And so Ian is, kind of out of the blue, a father, and, in the tradition of Spielberg fathers, an inattentive father. Again, Spielberg takes the accepted notion and stands it on its head: ordinarily, a Spielberg “bad father” is obsessed with work and can’t be bothered with family; here, the father is chastised for being to liberal, and responds by wanting to leave the kid at home in order to protect her from the dangers he knows are out in the world. Ian spends a lot of time in The Lost World trying to figure out what it means to be a good husband (or boyfriend anyway) and father, and the dinosaurs generously respond by providing their own behavior as examples. And I’m guessing Ian is a different kind of Spielberg father because Spielberg was, at the time, becoming a different kind of Spielberg father. Just as Oskar Schindler renounces his dreams of fortune and glory in order to become a good husband to his wife and a good father to his “children,” Ian seems to want to get out of the dinosaur business as quickly as possible to save his patchwork family. And Ian’s fretfulness about parenting echoes the larger argument of the movie. Who, the narrative asks, is a better “parent” for the world? If the dinosaurs represent “nature,” who is a better steward for them, a patchwork team of do-gooders or a well-organized army of expensively-outfitted capitalists?

Ian, Eddie and Nick arrive on the island and find Sarah photographing some Stegosauruses. Ian wants to grab her and get her the hell off the island, but here Spielberg stands yet another Spielbergism on its head — here, it’s Sarah who’s the one too obsessed with work to care about the feelings of her loved ones. Sarah doesn’t want to leave the island until she’s proven that dinosaurs are good parents, which reflects the movies larger concerns of who will be good parents for the dinosaurs. They come back to camp and find Kelly there; she has stowed away in order to be with her father. A family argument ensues between Kelly, Ian and Sarah, in the makeshift “home” of their trailer-science lab.

Their argument is interrupted by the beginning of Act II, which Spielberg announces with the arrival of the hunters. Bad Peter has brought his army of mercenaries to the Lost World, to trap and subdue the dinosaurs and take them back to San Diego to put in a zoo, to save his company and make his shareholders happy. The contrast between the gee-whiz attitudes of the scientists and the smash-and-grab tactics of the capitalists couldn’t be more sharply drawn.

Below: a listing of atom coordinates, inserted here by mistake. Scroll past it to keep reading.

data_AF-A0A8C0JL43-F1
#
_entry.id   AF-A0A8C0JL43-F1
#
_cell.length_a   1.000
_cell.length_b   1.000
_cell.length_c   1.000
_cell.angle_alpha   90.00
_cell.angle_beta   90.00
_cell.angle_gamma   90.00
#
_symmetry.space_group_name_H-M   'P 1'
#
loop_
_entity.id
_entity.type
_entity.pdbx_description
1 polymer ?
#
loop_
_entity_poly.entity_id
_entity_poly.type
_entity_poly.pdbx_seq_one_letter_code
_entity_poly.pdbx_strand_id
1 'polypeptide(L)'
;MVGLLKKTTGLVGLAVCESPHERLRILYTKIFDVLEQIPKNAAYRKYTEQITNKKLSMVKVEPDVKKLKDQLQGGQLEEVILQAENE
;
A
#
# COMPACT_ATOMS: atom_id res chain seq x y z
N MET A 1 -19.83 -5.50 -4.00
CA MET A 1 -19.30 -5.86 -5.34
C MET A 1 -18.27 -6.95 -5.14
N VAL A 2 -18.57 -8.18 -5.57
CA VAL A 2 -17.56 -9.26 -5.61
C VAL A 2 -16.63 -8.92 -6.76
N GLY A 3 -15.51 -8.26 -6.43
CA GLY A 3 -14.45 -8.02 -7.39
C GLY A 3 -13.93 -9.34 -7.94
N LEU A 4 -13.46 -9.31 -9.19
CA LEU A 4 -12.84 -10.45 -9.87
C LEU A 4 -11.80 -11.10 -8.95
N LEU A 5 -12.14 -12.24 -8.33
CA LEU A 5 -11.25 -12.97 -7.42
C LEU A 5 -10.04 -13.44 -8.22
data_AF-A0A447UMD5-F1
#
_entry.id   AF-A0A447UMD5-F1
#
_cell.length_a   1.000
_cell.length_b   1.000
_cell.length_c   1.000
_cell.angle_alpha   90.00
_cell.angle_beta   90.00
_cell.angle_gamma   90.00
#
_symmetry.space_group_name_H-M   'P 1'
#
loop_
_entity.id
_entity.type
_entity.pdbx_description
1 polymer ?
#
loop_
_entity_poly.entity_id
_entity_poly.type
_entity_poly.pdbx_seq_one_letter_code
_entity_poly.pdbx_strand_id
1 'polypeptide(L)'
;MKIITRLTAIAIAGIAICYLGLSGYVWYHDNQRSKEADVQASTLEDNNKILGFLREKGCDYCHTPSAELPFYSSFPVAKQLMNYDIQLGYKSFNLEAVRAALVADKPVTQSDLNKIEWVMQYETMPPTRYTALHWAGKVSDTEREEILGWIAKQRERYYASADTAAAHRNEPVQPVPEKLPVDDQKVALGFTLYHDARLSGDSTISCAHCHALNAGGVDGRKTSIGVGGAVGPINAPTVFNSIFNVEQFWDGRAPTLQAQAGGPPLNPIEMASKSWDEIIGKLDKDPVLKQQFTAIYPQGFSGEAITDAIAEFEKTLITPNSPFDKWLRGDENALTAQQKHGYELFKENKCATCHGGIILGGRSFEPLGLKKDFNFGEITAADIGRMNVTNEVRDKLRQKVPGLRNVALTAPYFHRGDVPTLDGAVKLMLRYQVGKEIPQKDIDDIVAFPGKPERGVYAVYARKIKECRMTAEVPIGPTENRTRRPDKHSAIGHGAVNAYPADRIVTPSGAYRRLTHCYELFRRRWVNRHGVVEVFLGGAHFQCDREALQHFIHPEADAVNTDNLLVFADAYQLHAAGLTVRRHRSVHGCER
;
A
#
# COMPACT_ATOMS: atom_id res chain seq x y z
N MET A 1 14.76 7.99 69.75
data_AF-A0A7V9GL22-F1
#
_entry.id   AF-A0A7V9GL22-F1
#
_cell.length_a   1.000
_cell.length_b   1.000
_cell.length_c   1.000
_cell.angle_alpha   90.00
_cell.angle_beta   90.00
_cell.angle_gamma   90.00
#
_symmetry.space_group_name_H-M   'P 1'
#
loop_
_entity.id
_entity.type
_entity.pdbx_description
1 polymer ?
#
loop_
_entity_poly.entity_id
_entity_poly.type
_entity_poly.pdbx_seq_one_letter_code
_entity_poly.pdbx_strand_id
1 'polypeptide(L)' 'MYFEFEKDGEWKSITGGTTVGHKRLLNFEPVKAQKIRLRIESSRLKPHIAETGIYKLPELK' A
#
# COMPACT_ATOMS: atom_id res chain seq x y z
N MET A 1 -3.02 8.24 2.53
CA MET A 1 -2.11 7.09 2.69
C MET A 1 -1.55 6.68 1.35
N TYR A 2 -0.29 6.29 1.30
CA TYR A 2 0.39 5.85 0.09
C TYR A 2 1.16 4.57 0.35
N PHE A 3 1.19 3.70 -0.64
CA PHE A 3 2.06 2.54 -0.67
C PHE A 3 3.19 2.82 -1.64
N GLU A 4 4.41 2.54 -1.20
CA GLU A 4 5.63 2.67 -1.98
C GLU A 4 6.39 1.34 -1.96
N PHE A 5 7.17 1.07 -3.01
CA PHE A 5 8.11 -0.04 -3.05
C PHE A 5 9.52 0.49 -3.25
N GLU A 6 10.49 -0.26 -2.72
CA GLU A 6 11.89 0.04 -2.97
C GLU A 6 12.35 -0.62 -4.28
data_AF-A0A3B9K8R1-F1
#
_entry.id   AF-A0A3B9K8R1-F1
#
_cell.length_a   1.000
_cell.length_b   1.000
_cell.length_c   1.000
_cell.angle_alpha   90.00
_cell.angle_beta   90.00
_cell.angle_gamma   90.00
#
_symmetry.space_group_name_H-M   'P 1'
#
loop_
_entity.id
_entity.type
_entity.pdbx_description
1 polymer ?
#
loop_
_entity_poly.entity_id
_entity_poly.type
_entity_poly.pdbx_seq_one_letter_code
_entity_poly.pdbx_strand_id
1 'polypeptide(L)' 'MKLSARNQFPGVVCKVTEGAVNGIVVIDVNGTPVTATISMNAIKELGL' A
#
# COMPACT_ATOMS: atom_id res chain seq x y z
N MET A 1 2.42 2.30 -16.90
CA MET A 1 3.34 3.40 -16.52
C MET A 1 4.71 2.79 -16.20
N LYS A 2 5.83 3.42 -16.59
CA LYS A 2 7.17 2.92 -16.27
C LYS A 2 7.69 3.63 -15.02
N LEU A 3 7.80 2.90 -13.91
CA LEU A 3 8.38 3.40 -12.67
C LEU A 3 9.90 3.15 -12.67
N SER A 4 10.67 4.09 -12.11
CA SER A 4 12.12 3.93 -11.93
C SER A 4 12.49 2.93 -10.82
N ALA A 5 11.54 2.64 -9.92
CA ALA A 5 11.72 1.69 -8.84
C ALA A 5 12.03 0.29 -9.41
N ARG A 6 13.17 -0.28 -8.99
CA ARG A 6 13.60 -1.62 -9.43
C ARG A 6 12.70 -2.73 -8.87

We meet Roland, the big game hunter who wants only to kill a Tyrannosaurus, and Dieter, his second-in-command, who we know is going to get it because he’s played by the psycho from Fargo. Roland’s plan for bagging his T-Rex buck is to kidnap a T-Rex baby, cripple it, and leave it staked out in a clearing — again, an assault on the family from the forces of capitalism.

(Oddly enough, I was watching Syriana last night, another movie that draws an explicit connection between the forces of capitalism and the destruction of families. But I digress.)

Once Peter has rounded up his catch and got them into cages, he sets up a satellite link to broadcast a pitch meeting to the Ingen board, where he explains his Bad Guy Plot. His intent is to sell his board on the profit potential of caged dinosaurs, but the “Gatherers” team sneak in and perform a little hippie-style civil disobedience, freeing the giant reptiles and turning the pitch meeting into a disaster scene. Their actions free the dinosaurs, but set another series of problems into motion, as we will see.

Nick finds and frees the crippled T-Rex baby and takes it back to the Gatherers’ camp. This sets into motion what, up to this point, is the longest sustained suspense-action setpiece in the Spielberg canon, a rather incredible 20-minute sequence of rain, mud, dinosaurs and vehicles, a literal cliff-hanger that only slightly plays fast-and-loose with the laws of physics.

At the end of this sequence, the two teams, the Hunters and Gatherers, are brought together, united in their mutual predicament: they are lost in the lost world, facing the problems of parenthood in a house where the kids have outgrown the parents and the parents no longer have their tools of authority.


27 Responses to “Spielberg: The Lost World: Jurassic Park part 1”
  1. shocka says:

    You write extremely well on this film, which I have to imagine is one of the most unpopular of Spielberg’s vast body of work. How do you feel about it, as a film, beyond this kind of narrative breakdown?

    • Todd says:

      The Lost World is far from Spielberg’s least popular movie.

      In general, while I don’t consider it major Spielberg, it is undeniably well-crafted and a pleasure to watch. Every time I think “Ugh, The Lost World, I put it on and end up enjoying it more than the last time I watched it.

  2. black13 says:

    While I was one of those who, when they introduced Malcolm’s daughter, thought “ah, alibi-African-American,” I didn’t have any problem with the character herself (other than what you point out — WTF is he bringing a kid along?) because it fit in with Ian Malcolm’s character.

    What I wonder — I consider LW a King Kong remake. The similarities are too distinctive. Do you agree, and do you think it’s intentional?

    • Todd says:

      Er, well The Lost World is more like a Lost World remake. I think of King Kong as a King Kong remake, though.

      • black13 says: